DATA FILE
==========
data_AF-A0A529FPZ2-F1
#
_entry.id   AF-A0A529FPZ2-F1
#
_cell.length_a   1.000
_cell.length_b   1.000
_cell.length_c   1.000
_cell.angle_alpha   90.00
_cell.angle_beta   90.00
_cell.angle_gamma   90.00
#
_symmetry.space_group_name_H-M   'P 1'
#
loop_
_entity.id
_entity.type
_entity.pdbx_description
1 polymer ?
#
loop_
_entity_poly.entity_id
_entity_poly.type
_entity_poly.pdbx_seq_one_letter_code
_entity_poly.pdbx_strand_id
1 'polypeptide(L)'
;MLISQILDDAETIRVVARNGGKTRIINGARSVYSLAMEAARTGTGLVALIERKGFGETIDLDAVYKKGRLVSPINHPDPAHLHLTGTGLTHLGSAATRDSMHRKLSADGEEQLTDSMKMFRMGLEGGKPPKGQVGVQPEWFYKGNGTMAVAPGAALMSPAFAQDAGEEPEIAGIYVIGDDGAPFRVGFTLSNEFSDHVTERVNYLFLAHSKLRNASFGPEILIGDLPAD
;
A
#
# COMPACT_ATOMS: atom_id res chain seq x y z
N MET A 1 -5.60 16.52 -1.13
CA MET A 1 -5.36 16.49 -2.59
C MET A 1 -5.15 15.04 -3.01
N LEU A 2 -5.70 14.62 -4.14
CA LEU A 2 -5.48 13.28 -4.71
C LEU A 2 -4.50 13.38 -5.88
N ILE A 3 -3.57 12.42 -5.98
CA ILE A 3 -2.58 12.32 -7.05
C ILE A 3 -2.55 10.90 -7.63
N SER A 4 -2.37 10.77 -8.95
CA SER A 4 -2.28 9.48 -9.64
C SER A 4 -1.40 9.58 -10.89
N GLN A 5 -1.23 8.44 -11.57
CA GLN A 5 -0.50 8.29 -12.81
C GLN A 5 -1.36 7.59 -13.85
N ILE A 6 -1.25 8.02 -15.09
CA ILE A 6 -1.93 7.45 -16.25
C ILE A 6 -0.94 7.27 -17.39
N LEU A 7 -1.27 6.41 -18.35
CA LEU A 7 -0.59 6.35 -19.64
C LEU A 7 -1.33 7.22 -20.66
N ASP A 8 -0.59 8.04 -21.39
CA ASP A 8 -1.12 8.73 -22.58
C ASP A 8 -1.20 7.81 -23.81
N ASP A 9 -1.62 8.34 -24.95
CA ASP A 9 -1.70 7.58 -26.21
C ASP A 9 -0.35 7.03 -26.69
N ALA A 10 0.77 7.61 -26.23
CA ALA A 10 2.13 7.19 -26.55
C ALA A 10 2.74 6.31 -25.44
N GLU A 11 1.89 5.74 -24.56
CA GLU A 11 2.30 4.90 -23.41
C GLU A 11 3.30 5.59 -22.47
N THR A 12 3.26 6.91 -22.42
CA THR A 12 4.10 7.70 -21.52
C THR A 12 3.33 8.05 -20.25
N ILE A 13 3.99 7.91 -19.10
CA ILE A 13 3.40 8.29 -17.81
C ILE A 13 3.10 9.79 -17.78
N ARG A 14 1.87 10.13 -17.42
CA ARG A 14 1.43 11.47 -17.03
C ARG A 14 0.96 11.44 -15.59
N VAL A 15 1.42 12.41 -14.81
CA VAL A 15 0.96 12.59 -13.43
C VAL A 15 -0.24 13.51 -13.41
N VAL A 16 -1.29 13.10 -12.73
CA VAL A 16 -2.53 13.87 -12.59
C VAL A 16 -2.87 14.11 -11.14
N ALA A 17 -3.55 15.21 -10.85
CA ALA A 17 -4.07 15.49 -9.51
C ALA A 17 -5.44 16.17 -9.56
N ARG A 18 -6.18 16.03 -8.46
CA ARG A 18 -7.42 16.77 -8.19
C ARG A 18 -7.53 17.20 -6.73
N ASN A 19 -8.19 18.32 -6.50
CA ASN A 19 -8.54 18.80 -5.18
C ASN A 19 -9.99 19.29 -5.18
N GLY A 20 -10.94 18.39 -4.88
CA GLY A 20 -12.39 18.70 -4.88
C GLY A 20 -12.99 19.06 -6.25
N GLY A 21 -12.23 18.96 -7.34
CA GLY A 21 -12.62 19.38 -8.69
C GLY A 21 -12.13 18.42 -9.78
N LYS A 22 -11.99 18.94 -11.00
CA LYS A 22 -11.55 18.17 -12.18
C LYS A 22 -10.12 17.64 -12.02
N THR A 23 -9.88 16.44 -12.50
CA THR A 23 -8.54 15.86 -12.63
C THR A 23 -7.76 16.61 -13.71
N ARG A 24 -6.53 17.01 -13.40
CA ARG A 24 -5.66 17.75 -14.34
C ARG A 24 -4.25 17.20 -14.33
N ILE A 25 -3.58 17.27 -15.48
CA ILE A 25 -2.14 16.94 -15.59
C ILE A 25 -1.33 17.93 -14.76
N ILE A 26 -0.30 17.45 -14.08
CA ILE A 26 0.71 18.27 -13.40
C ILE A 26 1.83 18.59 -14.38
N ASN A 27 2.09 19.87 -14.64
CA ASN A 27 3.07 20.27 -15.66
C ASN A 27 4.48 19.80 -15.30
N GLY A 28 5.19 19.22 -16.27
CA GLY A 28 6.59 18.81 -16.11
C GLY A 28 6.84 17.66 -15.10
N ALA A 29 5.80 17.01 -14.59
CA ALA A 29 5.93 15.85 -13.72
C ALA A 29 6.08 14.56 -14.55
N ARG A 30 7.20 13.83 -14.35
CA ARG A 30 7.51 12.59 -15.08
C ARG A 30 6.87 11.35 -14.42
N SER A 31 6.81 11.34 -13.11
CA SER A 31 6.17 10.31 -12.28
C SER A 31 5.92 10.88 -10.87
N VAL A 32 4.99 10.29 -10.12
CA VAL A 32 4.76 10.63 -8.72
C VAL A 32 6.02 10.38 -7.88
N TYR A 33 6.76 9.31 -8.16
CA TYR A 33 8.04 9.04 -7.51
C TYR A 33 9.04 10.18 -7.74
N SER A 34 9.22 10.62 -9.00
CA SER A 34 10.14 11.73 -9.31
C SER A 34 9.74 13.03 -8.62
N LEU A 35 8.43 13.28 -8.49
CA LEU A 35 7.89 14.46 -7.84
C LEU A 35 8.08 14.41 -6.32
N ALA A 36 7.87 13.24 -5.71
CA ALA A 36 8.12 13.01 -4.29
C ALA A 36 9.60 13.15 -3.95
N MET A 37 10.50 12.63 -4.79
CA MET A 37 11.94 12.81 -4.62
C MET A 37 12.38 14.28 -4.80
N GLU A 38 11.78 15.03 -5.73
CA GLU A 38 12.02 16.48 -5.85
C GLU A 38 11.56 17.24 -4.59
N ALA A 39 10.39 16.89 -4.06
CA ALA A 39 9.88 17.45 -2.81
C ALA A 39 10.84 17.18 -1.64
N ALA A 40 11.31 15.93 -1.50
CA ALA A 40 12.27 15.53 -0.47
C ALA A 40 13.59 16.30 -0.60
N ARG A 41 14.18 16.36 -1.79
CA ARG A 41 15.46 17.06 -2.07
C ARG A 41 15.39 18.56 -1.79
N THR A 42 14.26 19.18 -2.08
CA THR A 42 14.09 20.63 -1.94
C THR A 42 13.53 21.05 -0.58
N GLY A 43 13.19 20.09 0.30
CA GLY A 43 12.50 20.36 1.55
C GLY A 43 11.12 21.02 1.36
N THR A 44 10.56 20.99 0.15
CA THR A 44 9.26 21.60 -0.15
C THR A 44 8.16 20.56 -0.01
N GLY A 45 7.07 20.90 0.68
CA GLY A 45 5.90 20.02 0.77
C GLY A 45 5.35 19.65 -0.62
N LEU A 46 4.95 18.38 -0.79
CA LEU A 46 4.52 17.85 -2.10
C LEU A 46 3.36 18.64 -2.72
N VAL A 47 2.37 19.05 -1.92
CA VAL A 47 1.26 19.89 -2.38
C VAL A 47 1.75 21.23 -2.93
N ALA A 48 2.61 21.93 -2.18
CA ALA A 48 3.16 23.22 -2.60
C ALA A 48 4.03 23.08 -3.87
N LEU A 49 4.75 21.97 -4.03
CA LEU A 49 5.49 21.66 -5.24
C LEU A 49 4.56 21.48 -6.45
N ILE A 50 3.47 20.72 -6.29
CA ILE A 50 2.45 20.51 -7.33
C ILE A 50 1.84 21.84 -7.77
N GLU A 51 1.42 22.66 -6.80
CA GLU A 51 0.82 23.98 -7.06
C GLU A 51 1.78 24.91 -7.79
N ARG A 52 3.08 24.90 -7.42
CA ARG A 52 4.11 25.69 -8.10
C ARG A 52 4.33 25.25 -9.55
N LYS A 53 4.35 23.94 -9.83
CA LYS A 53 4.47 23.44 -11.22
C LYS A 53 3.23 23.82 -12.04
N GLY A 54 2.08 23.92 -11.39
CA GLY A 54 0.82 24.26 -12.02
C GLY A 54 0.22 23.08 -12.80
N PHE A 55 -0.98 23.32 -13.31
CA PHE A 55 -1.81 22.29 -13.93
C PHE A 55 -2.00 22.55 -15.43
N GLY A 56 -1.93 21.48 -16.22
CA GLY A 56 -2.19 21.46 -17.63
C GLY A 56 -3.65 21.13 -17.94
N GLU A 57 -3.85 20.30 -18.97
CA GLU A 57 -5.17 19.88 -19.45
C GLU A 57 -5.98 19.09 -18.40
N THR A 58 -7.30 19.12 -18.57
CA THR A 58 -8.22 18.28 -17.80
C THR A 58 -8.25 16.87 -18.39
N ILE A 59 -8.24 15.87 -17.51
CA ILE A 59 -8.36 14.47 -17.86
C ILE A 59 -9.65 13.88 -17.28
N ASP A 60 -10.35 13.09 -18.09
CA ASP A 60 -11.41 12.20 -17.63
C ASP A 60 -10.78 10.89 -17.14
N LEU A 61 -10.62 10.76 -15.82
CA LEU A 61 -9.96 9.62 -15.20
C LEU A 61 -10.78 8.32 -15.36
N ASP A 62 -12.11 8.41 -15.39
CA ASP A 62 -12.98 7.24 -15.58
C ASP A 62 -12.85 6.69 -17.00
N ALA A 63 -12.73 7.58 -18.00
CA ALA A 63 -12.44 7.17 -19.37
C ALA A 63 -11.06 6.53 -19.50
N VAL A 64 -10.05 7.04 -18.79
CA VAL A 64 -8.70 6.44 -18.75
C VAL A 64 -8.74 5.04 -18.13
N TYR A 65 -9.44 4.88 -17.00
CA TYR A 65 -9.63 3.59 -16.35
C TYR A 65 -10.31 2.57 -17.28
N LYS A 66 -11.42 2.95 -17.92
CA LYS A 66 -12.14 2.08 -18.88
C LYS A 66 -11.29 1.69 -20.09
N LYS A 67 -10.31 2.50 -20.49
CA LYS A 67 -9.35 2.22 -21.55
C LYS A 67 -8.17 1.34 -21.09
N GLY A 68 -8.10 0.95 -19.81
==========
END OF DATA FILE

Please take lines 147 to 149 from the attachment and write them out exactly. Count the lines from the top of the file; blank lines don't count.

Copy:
C ALA A 39 10.84 17.18 -1.64
N ALA A 40 11.31 15.93 -1.50
CA ALA A 40 12.27 15.53 -0.47